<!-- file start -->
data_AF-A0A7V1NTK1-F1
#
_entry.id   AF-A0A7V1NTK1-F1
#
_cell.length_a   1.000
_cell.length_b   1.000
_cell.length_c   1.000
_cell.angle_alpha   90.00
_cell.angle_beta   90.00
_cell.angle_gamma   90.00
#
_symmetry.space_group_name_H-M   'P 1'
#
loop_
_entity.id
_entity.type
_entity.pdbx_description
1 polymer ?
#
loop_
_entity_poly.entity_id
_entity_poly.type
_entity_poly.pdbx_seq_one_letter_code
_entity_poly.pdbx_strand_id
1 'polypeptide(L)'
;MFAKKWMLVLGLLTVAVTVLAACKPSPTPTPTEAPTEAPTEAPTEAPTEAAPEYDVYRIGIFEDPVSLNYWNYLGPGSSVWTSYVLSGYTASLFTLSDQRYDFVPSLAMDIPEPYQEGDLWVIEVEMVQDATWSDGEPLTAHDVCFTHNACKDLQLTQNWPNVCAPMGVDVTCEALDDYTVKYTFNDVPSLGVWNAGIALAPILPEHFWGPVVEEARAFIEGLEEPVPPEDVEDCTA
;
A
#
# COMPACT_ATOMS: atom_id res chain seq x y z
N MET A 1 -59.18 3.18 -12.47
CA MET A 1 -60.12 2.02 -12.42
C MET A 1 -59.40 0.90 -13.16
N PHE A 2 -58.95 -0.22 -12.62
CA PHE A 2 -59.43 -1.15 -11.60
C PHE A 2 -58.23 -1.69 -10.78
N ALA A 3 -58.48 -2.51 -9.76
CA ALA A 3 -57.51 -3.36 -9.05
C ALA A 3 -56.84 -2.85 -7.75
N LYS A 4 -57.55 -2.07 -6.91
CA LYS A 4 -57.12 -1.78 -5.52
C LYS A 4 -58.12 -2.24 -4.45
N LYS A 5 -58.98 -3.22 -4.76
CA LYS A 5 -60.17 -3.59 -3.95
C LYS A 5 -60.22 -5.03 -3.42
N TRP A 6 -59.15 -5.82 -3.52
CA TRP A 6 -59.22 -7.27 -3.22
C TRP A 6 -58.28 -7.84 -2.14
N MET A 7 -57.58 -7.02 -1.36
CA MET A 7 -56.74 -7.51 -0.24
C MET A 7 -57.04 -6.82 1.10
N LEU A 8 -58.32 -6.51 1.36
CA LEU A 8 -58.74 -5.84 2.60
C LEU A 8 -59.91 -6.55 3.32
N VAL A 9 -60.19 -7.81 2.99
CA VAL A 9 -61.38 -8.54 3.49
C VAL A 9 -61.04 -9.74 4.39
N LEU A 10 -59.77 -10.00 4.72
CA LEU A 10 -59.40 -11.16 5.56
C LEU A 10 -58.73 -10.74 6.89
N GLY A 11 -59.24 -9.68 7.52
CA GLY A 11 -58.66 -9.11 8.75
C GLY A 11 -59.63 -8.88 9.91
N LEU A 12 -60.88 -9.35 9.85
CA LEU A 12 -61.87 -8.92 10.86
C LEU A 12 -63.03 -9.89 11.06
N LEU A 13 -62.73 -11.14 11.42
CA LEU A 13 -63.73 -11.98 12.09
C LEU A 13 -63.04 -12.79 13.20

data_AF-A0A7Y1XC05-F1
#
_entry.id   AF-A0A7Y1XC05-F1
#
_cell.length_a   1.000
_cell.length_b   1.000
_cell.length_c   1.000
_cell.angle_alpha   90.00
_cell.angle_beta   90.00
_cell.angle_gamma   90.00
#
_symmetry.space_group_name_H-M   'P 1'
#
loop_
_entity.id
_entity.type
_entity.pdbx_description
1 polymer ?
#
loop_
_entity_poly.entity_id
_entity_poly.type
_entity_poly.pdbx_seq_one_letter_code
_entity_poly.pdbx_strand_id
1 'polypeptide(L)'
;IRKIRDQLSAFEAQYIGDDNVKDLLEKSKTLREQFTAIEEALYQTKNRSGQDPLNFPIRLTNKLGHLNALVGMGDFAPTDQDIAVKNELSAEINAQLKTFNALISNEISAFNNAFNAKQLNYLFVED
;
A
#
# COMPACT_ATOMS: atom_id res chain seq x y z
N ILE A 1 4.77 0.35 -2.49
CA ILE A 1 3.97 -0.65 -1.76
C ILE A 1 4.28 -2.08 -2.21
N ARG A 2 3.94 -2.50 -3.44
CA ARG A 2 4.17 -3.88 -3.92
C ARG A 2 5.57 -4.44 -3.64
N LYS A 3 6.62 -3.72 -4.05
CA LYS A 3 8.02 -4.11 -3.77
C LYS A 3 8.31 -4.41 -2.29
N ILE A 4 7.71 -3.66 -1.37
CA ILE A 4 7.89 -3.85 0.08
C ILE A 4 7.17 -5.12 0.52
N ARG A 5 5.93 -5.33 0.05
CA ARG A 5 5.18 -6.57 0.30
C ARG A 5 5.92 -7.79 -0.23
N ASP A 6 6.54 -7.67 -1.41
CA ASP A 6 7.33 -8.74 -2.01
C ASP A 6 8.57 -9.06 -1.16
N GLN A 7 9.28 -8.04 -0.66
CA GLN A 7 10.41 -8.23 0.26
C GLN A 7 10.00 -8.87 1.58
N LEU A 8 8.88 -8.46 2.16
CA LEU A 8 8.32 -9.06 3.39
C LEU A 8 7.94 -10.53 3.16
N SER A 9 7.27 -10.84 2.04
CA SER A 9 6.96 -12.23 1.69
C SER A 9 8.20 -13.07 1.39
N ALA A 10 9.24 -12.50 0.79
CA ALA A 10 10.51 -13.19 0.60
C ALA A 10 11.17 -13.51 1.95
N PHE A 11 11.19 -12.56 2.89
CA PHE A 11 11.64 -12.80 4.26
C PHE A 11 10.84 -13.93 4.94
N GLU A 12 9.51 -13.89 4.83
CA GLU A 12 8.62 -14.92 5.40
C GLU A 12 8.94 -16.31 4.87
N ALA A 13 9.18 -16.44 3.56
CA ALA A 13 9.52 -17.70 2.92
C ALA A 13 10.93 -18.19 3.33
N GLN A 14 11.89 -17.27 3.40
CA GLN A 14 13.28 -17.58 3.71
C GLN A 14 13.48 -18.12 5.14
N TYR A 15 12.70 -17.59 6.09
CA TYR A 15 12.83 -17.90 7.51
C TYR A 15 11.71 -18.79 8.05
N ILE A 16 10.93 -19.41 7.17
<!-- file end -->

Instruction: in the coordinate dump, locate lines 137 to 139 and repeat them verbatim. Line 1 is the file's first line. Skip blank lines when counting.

CA ALA A 13 9.52 -17.70 2.92
C ALA A 13 10.93 -18.19 3.33
N GLN A 14 11.89 -17.27 3.40